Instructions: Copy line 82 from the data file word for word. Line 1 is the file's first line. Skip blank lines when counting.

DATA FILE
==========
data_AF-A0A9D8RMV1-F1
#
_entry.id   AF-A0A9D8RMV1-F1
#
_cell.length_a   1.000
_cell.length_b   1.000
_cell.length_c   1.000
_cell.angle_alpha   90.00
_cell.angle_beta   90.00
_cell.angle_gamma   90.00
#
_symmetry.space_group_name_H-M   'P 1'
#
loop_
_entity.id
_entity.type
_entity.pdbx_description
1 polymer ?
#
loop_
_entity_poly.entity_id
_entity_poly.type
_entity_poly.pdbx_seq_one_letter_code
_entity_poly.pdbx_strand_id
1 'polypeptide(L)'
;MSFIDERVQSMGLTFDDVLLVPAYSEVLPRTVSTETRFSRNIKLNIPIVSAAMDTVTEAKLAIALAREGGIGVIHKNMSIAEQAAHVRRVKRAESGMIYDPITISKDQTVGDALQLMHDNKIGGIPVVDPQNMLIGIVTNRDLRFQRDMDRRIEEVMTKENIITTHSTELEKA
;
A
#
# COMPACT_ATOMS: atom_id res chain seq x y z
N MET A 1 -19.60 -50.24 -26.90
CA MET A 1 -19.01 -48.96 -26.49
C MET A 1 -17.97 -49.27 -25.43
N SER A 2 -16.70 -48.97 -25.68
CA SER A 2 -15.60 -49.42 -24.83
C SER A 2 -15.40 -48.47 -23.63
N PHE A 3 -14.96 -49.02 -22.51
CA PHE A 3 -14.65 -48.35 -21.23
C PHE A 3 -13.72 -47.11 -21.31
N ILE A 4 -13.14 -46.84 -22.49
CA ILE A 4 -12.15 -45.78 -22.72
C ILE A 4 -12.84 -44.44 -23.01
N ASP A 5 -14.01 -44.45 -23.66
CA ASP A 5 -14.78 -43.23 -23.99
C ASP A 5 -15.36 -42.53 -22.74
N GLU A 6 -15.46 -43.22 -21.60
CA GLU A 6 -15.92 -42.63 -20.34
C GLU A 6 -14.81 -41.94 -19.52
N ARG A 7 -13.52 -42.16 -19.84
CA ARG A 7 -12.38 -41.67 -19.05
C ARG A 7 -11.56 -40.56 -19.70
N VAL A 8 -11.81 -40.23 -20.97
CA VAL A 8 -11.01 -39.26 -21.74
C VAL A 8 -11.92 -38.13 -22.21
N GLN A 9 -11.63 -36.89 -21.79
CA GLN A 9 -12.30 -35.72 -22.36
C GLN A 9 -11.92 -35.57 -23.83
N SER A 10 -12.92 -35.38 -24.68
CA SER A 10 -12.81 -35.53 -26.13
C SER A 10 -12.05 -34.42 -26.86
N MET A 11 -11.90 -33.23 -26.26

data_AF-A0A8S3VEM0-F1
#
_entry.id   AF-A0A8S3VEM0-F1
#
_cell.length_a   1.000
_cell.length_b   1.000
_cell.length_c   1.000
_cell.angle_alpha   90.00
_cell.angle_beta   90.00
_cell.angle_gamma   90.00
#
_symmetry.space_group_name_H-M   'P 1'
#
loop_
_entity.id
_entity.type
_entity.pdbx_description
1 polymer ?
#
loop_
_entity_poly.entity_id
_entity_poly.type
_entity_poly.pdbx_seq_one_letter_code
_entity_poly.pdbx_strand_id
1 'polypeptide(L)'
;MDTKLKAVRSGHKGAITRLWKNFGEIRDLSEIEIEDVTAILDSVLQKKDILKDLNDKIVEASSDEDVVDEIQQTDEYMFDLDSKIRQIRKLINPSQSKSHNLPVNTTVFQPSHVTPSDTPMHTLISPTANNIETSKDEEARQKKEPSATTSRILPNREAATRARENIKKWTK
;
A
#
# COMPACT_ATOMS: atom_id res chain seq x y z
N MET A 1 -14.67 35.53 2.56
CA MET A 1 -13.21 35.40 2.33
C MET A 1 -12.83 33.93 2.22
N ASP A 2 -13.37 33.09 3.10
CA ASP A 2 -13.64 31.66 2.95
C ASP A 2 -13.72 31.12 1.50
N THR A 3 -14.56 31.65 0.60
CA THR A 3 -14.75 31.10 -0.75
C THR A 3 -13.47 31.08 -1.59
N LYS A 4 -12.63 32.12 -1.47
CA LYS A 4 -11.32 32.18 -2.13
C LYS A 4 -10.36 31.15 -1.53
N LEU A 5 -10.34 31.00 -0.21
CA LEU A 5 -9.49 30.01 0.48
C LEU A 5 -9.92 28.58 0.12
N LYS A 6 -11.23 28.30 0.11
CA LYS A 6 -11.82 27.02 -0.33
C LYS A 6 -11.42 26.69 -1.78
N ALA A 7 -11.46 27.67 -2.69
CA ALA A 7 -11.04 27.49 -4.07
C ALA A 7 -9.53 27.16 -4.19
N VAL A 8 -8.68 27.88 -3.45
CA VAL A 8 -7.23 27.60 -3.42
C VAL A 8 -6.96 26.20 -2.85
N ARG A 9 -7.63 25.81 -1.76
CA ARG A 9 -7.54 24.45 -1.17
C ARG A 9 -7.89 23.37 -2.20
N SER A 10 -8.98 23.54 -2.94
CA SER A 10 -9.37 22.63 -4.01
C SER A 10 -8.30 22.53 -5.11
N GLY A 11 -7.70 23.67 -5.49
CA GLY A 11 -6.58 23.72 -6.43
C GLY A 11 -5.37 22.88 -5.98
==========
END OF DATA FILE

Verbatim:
_entity_poly.entity_id